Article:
Jesus is the only who fully understands anyone’s pain. As His agents of compassion our hearts desire should be to give people grace and room to hurt in their own way and pace. Making sure a person in trial knows you have felt just what they are feeling (and you haven’t, even if you have gone through nearly the exact same thing) isn’t as important as just being there for them. Sharing lessons you learned in pain are fine, but insisting that you know exactly which face on the chart they are at isn’t helpful. Attempts to empathize can backfire and come across as patronizing. We should try as much as possible to strip our words and our thinking of language that tries to force trials into bins and levels. Pain is personal.
Hebrews 4:15–16 “For we do not have a High Priest who cannot sympathize with our weaknesses, but was in all points tempted as we are, yet without sin. Let us therefore come boldly to the throne of grace, that we may obtain mercy and find grace to help in time of need.”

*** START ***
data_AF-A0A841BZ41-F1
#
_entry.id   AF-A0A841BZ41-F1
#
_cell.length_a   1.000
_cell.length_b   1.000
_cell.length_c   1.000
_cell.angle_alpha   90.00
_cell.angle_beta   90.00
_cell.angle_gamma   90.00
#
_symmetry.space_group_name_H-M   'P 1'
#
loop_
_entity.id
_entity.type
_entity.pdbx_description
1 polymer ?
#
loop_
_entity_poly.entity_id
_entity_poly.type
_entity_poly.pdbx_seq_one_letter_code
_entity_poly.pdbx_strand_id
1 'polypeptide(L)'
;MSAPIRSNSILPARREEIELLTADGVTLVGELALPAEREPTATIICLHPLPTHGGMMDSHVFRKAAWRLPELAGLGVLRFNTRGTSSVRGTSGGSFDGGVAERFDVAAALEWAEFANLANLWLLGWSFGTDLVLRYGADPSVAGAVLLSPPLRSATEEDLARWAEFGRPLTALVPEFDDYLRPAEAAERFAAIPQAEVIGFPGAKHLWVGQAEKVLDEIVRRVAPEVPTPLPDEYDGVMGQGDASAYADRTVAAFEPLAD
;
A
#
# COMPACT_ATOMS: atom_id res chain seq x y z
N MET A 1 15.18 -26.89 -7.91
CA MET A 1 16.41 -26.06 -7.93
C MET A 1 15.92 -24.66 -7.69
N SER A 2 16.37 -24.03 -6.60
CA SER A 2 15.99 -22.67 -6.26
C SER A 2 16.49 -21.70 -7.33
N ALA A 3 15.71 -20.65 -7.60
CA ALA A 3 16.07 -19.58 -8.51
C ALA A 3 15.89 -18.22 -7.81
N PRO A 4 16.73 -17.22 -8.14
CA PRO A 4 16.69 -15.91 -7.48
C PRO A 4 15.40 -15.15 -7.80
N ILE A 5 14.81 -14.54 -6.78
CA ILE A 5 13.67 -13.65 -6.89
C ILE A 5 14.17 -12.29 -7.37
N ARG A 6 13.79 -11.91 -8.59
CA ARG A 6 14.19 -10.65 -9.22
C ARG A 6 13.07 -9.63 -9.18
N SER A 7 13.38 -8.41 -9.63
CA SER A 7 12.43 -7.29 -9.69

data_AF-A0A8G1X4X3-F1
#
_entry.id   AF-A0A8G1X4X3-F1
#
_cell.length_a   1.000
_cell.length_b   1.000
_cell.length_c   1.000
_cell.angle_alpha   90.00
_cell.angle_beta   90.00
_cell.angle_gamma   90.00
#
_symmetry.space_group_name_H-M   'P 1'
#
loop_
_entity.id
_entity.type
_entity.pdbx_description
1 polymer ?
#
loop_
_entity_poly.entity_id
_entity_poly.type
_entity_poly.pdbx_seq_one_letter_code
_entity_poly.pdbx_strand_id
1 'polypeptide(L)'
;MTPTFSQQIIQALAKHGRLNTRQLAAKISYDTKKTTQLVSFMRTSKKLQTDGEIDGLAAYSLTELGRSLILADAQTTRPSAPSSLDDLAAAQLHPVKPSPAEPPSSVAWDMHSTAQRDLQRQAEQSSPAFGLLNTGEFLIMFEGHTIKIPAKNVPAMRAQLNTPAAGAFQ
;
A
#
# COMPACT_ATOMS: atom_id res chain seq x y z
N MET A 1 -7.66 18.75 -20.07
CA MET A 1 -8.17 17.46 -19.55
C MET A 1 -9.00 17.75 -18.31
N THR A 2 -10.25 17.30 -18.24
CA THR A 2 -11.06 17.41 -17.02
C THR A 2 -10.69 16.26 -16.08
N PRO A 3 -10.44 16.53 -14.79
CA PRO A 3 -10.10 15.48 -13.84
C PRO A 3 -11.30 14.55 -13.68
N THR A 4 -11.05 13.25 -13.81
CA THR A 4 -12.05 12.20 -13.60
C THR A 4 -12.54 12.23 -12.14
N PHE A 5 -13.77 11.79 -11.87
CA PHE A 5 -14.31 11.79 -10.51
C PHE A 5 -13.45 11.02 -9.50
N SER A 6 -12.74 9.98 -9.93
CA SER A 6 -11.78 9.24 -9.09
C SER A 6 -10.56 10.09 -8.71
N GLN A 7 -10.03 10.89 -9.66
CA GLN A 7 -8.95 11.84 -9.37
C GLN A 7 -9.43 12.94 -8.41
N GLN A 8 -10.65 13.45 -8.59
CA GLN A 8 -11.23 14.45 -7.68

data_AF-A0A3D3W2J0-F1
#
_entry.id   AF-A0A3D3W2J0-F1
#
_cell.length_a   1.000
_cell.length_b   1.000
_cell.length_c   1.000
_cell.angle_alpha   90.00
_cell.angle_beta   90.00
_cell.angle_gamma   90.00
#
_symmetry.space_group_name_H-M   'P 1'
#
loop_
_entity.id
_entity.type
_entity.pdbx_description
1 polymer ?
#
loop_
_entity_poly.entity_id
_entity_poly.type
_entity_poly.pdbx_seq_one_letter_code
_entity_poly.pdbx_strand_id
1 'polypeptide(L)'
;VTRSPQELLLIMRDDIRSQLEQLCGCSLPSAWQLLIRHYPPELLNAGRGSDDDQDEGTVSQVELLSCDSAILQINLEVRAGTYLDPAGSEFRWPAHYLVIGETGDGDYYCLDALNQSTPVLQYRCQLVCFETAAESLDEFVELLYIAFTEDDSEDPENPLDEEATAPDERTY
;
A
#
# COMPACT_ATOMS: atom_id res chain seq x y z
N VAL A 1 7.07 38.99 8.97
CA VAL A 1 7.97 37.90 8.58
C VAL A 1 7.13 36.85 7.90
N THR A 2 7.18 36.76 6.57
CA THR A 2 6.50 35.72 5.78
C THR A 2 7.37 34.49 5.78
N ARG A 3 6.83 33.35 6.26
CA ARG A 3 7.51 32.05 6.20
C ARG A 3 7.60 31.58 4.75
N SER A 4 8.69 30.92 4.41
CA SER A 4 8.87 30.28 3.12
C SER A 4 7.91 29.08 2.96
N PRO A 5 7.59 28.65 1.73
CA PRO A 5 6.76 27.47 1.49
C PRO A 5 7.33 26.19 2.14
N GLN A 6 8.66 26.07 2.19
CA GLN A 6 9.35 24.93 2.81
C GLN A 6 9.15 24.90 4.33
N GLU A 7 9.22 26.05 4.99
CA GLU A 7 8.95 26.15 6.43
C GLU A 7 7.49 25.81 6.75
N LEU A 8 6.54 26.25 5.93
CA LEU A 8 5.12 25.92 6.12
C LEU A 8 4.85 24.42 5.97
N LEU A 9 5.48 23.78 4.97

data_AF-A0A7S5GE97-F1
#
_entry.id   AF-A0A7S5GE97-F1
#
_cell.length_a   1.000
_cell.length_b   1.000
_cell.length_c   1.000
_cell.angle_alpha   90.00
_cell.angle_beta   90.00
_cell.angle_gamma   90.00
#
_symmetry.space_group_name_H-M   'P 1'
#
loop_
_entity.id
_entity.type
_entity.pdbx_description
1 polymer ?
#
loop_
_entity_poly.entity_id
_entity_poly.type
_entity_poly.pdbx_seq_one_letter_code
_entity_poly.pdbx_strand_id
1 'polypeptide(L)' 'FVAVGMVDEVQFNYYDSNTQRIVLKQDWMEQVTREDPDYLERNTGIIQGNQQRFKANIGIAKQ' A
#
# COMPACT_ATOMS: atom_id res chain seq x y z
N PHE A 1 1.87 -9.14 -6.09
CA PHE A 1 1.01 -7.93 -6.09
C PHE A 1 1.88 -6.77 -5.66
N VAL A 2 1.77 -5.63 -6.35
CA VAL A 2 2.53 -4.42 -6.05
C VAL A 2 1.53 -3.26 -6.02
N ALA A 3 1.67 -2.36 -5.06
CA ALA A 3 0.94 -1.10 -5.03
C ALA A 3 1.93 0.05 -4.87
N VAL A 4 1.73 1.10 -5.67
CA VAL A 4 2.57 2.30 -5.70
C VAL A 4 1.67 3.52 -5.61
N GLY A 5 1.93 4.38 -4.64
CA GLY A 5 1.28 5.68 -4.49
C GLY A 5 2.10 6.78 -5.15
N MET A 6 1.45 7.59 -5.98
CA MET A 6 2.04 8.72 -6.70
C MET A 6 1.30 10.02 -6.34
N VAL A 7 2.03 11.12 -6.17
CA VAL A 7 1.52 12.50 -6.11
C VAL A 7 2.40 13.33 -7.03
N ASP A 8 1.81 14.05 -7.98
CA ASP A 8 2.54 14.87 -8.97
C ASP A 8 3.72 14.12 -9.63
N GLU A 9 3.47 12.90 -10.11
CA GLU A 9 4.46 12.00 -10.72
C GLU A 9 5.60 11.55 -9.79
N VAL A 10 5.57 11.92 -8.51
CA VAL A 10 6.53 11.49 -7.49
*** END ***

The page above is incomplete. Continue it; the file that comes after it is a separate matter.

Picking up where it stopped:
My little Daisy Grace turns three today! She is such a funny, sweet, and sensitive little girl. Of all our kids she is the most independent. She doesn’t need other people around her to keep herself busy, amused or entertained.
She is incredibly smart and has a great memory. I love going on walks with her and holding her hand. It is a huge honor to be Daisy’s daddy. I can’t wait to see what the Lord has in store for her life.
This weekend we are very excited to have Pastor Greg Laurie speaking at Fresh Life! It is always a huge honor to have him out, and I am especially excited for our Missoula and Billings campuses since this is the first time he has come to preach since those two locations began. Join us on the Internet no matter where you live on Sunday for our two online worship experiences! Details here.
This summer we went to six different cities on the most aggressive O2 run we have ever undertaken. God did amazing things in the lives of many, many people. This video captures some of the excitement and energy of these events.